You need to meet my friend Gary Sweeten. Gary is a counselor, leadership development expert, entrepreneur, and mental health guru. Every conversation with him turns into a cascade of big ideas and boisterous laughter.
Gary is a Baby Boomer, and he’s counseled many of his peers through the adjustment to retirement. In one of our many conversations, Gary, with his irrepressible enthusiasm, proposed an idea for church ministry: “The church needs a ministry to help all these retired Baby Boomers figure out how to re-deploy their gifts and their accumulated skill and life knowledge, using them for growing the kingdom of God. We could call it ‘Sizzlin’ Seniors.’ There’s a HUGE need for something like that. People would come flocking to your door.”
Gary is right. There is a great need. A whole cottage industry had grown up around the idea of “Reinventing Yourself” in mid-career or after retirement.
Marc Freedman offers some helpful advice toward this end in his Harvard Business Review article, “The Dangerous Myth of Reinvention” Freedman says that the fantasy of leaving the past behind and forging a new identity is something that only works in movies and pulp novels. The fantasy is even dangerous: “More troublesome,” he adds, “is the underlying assumption that the past — in other words, our accumulated life experience — is baggage to be disregarded and discarded. Isn’t there something to be said for racking up decades of know-how and lessons, from failures as well as triumphs? Shouldn’t we aspire to build on that wisdom and understanding?”
Freedman suggests that we think of this stage of life in terms of “reintegration.” He suggests that this kind of work is best done by creatively applying your past accomplishments to your present situation. As an illustration, he tells the story of Gary Maxworthy:
As a young man, Maxworthy heard JFK’s call to service and aspired to join the Peace Corps. But practicality intervened: He had a family to support, and put his early dreams on hold to work. And work he did, for 32 years in the for-profit food distribution business. Then his wife died of cancer. That tragedy forced him to reevaluate his life, particularly how he would spend the coming decades. Maxworthy then joined VISTA, the domestic sister organization of the Peace Corps, which in its wisdom placed Maxworthy in the San Francisco Food Bank.
The food bank, he quickly realized, was only set up to distribute canned and processed foods. Meanwhile, his years in the food business had taught him that an enormous amount of fresh food is discarded daily by growers throughout the state, simply because it is blemished. Drawing on his knowledge of how to distribute large quantities of food in ways that preserved freshness, he launched Farm to Family — which distributes nutritious food, that otherwise would have been thrown out, to food banks in California and elsewhere.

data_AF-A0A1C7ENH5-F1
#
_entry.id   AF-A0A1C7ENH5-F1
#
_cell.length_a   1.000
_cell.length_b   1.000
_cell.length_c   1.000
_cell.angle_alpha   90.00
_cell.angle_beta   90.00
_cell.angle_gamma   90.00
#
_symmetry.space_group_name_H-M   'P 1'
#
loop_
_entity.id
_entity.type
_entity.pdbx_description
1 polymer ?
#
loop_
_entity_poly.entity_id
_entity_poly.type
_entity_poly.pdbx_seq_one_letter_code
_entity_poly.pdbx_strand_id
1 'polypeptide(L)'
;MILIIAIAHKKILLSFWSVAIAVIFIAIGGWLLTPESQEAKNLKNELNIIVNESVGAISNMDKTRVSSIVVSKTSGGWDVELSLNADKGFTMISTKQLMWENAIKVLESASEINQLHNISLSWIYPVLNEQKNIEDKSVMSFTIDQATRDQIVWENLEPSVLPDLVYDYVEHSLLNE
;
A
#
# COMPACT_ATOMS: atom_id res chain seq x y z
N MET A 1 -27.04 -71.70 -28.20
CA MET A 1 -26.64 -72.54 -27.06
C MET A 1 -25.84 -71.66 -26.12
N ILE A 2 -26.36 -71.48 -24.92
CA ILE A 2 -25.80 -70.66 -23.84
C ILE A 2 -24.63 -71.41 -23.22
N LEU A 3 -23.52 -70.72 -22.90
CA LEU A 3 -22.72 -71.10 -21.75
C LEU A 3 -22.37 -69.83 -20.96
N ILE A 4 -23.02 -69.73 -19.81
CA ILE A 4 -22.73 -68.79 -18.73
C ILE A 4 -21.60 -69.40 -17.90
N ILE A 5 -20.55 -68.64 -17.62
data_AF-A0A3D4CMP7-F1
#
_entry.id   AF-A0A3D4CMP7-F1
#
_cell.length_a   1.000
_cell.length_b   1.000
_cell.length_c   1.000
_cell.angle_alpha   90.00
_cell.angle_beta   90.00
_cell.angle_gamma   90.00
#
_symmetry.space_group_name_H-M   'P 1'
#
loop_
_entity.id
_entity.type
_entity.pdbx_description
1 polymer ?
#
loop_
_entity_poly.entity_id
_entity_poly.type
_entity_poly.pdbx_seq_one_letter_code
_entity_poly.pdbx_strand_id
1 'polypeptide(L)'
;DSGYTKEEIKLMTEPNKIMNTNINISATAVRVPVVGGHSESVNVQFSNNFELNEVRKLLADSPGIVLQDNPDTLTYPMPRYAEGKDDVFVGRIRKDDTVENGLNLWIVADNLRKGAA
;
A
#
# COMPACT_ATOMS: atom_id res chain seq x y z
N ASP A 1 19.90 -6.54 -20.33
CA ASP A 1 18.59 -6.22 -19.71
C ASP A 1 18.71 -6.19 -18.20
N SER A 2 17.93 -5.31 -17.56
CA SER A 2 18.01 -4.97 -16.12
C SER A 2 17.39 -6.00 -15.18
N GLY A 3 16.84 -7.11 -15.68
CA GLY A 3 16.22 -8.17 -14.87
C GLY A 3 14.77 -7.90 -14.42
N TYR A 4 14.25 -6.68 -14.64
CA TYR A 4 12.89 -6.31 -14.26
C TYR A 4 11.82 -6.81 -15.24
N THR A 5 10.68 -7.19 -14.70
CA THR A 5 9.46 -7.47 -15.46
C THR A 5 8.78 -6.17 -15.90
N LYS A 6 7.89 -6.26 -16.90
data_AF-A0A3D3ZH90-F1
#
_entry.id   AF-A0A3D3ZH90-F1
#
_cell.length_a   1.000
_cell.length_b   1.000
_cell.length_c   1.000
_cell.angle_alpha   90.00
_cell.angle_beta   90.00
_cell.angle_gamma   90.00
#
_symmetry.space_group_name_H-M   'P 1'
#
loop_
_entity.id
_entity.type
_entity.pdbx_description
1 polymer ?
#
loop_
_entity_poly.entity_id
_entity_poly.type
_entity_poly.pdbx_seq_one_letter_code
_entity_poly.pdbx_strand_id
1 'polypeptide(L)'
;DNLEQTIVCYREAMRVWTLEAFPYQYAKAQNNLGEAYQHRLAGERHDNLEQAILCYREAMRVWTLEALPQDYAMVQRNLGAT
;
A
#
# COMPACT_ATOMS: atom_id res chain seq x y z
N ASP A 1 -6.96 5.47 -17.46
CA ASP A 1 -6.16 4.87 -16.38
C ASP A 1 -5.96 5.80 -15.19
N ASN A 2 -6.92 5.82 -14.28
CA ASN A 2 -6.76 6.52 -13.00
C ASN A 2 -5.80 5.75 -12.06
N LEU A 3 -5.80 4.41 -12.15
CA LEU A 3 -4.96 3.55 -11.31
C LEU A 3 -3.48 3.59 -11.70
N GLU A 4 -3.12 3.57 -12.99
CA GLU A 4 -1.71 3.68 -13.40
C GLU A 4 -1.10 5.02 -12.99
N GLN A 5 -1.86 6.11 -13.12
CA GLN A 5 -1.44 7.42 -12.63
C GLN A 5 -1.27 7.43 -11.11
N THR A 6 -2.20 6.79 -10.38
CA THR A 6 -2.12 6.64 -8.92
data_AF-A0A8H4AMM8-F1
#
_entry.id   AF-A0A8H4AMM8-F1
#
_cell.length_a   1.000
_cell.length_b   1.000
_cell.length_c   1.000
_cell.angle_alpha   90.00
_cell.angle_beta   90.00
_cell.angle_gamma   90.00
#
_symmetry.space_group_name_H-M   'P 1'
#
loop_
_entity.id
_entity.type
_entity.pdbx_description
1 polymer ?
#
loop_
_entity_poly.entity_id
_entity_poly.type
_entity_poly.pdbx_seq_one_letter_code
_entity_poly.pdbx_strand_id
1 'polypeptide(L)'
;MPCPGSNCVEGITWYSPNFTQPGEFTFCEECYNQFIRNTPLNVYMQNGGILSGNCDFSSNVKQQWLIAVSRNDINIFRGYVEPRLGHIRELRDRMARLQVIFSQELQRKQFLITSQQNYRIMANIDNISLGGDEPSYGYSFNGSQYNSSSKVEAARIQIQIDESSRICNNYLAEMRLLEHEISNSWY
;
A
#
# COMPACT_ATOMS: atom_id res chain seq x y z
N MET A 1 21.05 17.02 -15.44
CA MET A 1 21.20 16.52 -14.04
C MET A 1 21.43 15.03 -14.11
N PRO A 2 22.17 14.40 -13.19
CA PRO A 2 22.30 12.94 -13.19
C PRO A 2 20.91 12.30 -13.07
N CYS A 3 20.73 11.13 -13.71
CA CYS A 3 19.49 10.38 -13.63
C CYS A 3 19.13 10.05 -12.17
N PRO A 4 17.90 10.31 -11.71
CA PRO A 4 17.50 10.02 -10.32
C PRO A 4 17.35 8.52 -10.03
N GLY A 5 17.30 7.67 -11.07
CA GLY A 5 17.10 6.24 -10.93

Maxworthy might have been able to do some good as an idealistic young Peace Corps volunteer, but after a significant body of midlife work, he was able to accomplish something truly remarkable, something at the intersection of experience and innovation — qualities long regarded as oxymoronic in nature. You could say Maxworthy put two and two together, except in this case common sense logic led to something larger: this year Farm to Family distributed over 100 million pounds of food.
Reintegration. That fits so well with my understanding of God’s work in our lives. If we are truly God’s workmanship (Eph 2:10), then it makes sense that every season of life, even the painful ones, lay foundation for our present calling. Reintegration helps us understand the story of our lives, helps us grasp that “…in [God’s] book were written, every one of them, the days that were formed for me.” (Ps 139:16)
So, you ‘Sizzlin’ Seniors,’ what’s your story? Have you reviewed your life thus far, looking for themes and lessons? How have you ‘reintegrated’ these life themes into your present calling? Comments are open.
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